By Michael McEwen
Francis Schaeffer was undoubtedly one of the most influential theologians of the 20th century. Through his theological wit and cultural engagement, Schaeffer was able to illustrate that if Christ is Lord, then he is the Lord over all of life, not just sections of it.
Anyone who reads Schaeffer’s works quickly realizes Schaeffer’s love for God, his love toward others, and how he desired for non-believers to understand the truth of the gospel. He writes in The God Who Is There, “The whole purpose of our speaking to twentieth-century people in the way I have outlined is not to make them admit that we are right in some personally superior way, nor to push their noses in the dirt, but to make them see their need so that they will listen to the gospel.”
At the moment, Southeastern Seminary is the custodian of the Francis Schaeffer collection. Dr. Bruce Little, Professor of Philosophy and Directory of the L. Russ Bush Center for Faith and Culture, said, “The Francis A. Schaeffer Foundation retains ownership, and that ownership will be transferred to Southeastern upon the dissolution of the Foundation.”
The Schaeffer collection in Southeastern’s Library is composed of personal correspondences, books, videos, manuscripts, and audiotapes. Additionally, said Little, the collection includes some of Schaeffer’s personal library, and one of the most valuable assets of this collection is Schaeffer’s personal Bible, which has his own notes scripted in the margins. The entire Schaeffer collection – composed of approximately 50,000 entries in inventory – is in the process of being archived and digitized by library employees, Dr. Bill Youngmark and Craig Freeman.
Little befriended Udo Middelmann, son-in-law of Schaeffer and president of the Francis Schaeffer Foundation, in 2008. Little later invited Middelmann to come to Southeastern’s Center for Faith and Culture the following fall (2009) to give a couple lectures at the Center. Little said, “It was while he was here with Deborah [Schaeffer’s daughter] that they approached me with regards to assuming responsibility for the Schaeffer papers.”
Speaking about the character and thinking of Schaeffer, Larry Lyon, Southeastern M.Div. graduate and current Southeastern Ph.D. student, said, “Schaeffer was genuinely hospitable. Whether he was addressing a crowd from a pulpit or a podium, was in his home, or later in life in the hospital, Schaeffer’s message carried such weight because he engaged people in a hospitable manner.
“Schaeffer’s theology was also very practical. He would always engage others and make them think out the logical conclusions of their beliefs. So, he would ask them, ‘If you can’t live this particular way in the world, then is it a system worth living?’”
At certain times, Schaeffer was made out to be the grandfather of the Religious Right and also, he is often labeled as a hard presuppositionalist. Speaking about both of these labels, Little said that Evangelicals must be more careful in their perception of Schaeffer. As for being a grandfather of the Religious Right, said Little, “this is simply not true to history and yes he was a presuppositionalist, but Schaeffer defined the term much differently than the way it is used today.”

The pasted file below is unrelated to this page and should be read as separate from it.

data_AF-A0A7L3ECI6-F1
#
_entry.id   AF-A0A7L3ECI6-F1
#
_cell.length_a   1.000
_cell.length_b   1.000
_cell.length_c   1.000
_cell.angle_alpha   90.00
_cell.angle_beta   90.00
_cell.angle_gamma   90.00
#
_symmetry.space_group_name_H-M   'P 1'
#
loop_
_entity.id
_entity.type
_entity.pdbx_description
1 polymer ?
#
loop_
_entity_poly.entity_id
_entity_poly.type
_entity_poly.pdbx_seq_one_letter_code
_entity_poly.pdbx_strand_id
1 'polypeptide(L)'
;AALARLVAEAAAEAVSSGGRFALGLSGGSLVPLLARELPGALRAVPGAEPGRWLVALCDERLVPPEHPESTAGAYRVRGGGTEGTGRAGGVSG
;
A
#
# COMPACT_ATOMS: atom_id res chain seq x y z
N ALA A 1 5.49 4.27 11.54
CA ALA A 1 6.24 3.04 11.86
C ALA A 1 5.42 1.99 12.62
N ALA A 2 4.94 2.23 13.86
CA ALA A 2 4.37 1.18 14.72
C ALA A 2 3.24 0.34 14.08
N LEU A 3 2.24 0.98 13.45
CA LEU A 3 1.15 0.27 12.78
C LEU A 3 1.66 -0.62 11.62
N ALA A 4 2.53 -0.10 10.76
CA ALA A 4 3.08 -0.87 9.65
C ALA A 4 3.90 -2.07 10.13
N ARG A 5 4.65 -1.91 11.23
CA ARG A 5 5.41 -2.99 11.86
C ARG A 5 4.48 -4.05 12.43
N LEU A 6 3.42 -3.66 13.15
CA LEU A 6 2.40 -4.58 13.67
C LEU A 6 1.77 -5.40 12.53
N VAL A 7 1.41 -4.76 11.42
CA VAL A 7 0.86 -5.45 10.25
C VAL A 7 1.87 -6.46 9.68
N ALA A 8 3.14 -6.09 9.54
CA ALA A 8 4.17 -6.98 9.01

In essence, Little conveyed, Evangelicals must first faithfully read Schaeffer and also correct such misrepresentations of the great 20th century theologian.
M.Div. and Th.M. Southeastern graduate, Doctoral Candidate at the University of Bristol, and secretary on behalf of Dr. Bruce Little, Benjamin Quinn said, “Schaeffer was unwaveringly committed to Scripture and to the Lordship of Christ in all things. Evangelicals today can further Schaeffer’s legacy by remembering and teaching these two important qualities.”
Most of the items in the Schaeffer collection are indexed and archived. The audiotapes featuring Schaeffer’s lectures and debates are not yet available to the Southeastern community. Any alumni or student interested in researching the Schaeffer papers should contact Dr. Little for authorization; afterward, he or she can proceed to the library to access the collection.
Another way alumni can become involved with Schaeffer’s ideas is through Southeastern’s Center for Faith and Culture. Drawing on the character of Schaeffer, the Center’s goal, Little said, “is to be theological in purposes, cultural in awareness, redemptive in nature, and charitable in disposition.”
Every spring and fall semester, the Center hosts a number of forums where prominent speakers are invited to discuss important issues of the day and inform Christians as to how they can be involved in bringing a Christian perspective to the public square.
Little said that Southeastern alumni and friends can be involved by attending the lectures and forums and even by supporting the Center financially. Little said, “I would like to think that what we at the Center do is part of biblical missions by training others to be the salt and light and doing so in an informed and wise fashion.”
To visit the Center for Faith and Culture website, click here.
The mission of Southeastern Baptist Theological Seminary is to glorify the Lord Jesus Christ by equipping students to serve the church and fulfill the Great Commission (Matthew 28:19-20). Southeastern is an institution of higher learning and a Cooperate Program ministry of the Southern Baptist Convention.